Palace from the Illustrated Scrolls
Its dedication to the beauty of of the Events of the Heiji Era.
simplicity had a profound influence
on the handicrafts arts of Japan.
During my literary research, I found
that although Zen is all about modesty
and simplicity, many Japanese designs
contained ornamental features.
You might think that ornamental
and simplistic design could never
coexist, but the Japanese prove us
otherwise. The products from Japan
always carry a sense of elegance
and simplicity, bringing the two
opposites together in harmony.
In the lacquer box, you can see
Raku, Shino and Oribe tea bowls. that the ornamental features are in
harmony with the rest of the box. You
can also see that only natural things
are portrayed on the lacquer box.
This is something you see throughout
Japanese design. Often things like
flowers birds and other aspects of
nature are used as decoration. This
love for nature can be attributed
to the Zen philosophy. A lot of Zen
principles concerning aesthetics,
embrace nature as inspiration.
“Shizen” (naturalness), “Fukinsei”
(asymmetry) and “Shin, Gyo, So”
(harmony between man-made and
nature) are principles based on nature.
Along with Zen the custom of
drinking tea came to Japan. The
Japanese were introduced with tea
by China in the Nara period, but they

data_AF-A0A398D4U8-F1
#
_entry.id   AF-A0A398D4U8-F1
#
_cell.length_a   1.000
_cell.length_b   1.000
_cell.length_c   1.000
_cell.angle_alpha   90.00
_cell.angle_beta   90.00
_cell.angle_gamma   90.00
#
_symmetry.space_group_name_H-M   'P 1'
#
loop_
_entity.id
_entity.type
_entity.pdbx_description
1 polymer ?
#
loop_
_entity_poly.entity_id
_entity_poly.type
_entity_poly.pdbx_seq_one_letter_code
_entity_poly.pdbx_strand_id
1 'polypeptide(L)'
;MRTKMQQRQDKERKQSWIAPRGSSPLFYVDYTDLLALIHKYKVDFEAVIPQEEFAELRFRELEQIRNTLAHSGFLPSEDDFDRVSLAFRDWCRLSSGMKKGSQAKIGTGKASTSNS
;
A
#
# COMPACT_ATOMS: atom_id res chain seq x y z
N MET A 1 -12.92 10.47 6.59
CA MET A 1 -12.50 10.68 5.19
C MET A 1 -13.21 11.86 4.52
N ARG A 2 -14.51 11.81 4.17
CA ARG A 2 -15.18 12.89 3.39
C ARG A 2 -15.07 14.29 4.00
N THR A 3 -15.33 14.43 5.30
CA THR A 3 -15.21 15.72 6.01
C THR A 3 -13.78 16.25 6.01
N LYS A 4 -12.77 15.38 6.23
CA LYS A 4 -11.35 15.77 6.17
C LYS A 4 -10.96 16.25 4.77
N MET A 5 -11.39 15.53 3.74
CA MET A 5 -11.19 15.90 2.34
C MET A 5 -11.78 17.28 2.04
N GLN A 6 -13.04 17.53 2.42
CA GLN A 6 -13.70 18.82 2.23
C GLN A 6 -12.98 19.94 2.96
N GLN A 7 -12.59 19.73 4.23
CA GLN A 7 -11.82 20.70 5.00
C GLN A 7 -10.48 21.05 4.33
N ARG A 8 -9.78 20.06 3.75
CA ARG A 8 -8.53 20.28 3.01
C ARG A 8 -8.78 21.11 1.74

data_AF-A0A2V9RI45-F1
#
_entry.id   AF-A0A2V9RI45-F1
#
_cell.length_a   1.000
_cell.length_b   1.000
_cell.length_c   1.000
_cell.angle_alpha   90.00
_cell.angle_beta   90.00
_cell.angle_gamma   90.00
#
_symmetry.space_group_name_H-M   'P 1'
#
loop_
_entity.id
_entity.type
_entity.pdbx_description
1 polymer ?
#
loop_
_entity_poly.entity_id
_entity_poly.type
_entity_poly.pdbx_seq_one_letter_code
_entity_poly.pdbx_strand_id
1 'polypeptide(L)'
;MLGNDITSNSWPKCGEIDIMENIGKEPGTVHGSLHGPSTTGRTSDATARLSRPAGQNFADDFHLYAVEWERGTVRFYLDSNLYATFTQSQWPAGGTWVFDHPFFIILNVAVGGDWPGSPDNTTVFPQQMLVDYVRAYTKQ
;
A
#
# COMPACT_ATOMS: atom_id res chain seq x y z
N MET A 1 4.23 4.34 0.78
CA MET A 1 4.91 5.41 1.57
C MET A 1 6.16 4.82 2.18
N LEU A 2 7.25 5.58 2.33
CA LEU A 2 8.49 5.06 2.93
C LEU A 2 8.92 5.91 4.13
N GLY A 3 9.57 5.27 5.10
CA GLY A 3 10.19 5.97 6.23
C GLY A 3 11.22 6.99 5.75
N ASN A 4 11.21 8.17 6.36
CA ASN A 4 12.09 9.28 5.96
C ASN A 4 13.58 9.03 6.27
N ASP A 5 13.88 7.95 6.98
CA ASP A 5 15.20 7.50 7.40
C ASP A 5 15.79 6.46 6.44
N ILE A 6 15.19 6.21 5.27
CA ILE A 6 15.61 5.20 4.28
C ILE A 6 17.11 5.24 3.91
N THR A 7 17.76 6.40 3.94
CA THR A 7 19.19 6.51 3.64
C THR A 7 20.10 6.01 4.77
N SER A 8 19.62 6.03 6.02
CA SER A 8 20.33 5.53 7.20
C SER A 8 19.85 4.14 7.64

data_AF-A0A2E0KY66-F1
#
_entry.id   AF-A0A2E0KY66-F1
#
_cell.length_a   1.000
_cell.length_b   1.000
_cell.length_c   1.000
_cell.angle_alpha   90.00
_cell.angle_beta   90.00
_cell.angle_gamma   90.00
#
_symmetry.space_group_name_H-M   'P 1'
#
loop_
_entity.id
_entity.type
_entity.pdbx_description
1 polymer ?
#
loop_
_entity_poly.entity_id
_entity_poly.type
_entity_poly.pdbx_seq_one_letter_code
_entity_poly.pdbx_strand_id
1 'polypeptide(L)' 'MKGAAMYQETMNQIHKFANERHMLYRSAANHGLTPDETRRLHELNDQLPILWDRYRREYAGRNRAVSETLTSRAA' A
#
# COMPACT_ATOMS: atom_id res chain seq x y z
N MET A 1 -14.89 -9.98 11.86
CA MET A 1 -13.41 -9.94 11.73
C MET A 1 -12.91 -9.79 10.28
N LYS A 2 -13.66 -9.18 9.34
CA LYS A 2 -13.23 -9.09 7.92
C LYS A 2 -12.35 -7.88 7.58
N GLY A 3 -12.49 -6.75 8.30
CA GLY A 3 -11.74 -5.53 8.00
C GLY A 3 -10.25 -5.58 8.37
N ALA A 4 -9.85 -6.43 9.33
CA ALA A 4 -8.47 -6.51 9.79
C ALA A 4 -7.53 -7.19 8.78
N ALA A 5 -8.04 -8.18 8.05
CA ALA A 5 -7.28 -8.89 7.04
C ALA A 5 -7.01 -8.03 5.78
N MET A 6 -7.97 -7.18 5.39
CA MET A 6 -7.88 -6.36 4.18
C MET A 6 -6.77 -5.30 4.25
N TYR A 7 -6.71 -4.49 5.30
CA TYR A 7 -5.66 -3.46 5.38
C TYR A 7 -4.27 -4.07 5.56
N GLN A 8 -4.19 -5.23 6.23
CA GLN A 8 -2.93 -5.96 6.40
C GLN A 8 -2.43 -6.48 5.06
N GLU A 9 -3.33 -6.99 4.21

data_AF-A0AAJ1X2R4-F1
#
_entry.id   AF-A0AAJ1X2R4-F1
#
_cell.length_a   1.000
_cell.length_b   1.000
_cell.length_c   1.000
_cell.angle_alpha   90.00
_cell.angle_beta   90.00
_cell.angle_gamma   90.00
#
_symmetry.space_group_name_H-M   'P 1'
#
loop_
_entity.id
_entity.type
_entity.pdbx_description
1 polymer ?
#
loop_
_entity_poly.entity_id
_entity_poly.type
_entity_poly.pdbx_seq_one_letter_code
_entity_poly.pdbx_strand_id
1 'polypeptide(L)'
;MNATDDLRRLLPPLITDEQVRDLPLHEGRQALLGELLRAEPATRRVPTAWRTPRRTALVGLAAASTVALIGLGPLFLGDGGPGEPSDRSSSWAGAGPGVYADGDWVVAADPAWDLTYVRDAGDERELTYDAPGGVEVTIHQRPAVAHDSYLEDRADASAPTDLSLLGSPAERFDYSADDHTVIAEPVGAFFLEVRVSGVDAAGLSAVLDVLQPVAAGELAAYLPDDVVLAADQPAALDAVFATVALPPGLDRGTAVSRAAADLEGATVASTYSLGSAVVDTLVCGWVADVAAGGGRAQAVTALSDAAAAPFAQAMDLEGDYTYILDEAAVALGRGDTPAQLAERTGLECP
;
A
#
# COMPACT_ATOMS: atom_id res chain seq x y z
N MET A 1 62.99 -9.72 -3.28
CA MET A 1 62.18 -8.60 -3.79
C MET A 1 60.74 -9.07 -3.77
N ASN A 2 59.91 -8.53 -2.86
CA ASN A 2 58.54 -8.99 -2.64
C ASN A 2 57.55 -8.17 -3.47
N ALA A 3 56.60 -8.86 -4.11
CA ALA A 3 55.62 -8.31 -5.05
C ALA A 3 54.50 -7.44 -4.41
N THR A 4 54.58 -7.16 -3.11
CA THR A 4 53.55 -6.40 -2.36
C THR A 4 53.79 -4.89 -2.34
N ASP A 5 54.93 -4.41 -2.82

haven’t developed a passion for it
until the Kamakura period. This means
that tea-drinking had become more
popular now and so are the tea utensils
and equipment. This development
led to an encouragement
of the Japanese craftsmen.
In particular the potters and the
makers of iron teakettles improved
their techniques. Iron was considered
the plainest of metals and thus it would
fit perfectly into the Zen tradition. Traditional Japanese tearoom.
It’s texture harmonized with that of
the pottery tea bowls. The tea bowls
were the main accessories, but they
were no more decorative than the
teakettle or the room itself. So due to
the influence of Zen the bowls were
mostly sober of color. Also, perfect
symmetry was never a goal (Fukinsei),
the more rustic in fact, the better.
Tea ceremony utensils.
The Japanese tea tradition
exhibits a lot of Zen influences. The
traditional arts and crafts of Japan
reflect a sense of beauty and the
essential element of this beauty is the
harmony between the apparently
individual parts. The tearoom is a very
good example of this. There are a
lot of different separate things to be
seen in such a room; there may be
a painting, flowers, utensils and tea
bowls. All these parts are beautiful by
themselves, but they come together in
a broader and more spiritual design.
Another good example of this
kind of harmony is seen at a Japanese
Typical Western porcelain dinner set. meal. The primary attraction for
foreigners at such a meal is usually
the ritual of serving the food, and not
the food itself. At a traditional Western
dinner, all the dishes are of the same
pattern and shape. They unmistakably
belong to a set and any dish that
looks different will seem like an intruder
Typical Japanese dinner set. to the set. At a Japanese dinner
however, there is a variety of designs,
colors and shapes. The craftsman
adds a touch of richness and gives
the objects their own identity. The
harmonizing factor here is the “spirit”
of the craftsman that the dishes